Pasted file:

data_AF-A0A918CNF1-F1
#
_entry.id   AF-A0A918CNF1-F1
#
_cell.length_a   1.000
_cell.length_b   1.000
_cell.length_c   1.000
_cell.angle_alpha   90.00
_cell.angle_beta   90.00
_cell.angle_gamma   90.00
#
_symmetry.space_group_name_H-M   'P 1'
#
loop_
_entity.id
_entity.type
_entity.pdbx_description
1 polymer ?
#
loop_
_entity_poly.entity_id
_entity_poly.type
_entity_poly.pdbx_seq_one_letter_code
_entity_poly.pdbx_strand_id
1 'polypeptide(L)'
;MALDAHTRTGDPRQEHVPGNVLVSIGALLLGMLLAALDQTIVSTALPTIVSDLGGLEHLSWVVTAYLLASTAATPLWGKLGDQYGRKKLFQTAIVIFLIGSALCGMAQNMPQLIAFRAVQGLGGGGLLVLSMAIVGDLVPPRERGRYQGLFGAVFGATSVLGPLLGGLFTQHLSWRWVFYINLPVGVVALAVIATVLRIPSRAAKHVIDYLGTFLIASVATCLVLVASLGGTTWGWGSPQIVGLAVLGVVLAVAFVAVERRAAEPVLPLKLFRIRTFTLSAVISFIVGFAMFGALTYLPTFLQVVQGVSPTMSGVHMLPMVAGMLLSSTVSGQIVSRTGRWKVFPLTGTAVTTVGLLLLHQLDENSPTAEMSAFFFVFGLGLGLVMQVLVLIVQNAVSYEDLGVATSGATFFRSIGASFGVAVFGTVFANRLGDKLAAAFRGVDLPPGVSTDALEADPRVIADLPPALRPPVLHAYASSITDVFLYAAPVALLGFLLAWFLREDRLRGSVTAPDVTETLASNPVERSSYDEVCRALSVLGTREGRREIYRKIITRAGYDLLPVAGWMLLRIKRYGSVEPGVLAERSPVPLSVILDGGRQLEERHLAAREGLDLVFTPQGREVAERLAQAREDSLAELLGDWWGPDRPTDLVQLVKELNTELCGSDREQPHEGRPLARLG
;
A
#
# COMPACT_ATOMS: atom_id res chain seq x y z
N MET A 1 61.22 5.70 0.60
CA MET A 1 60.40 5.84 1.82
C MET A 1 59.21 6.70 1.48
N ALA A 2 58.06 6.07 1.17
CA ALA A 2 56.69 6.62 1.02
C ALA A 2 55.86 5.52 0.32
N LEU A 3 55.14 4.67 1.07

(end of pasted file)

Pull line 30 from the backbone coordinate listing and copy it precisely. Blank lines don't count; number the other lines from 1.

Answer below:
# COMPACT_ATOMS: atom_id res chain seq x y z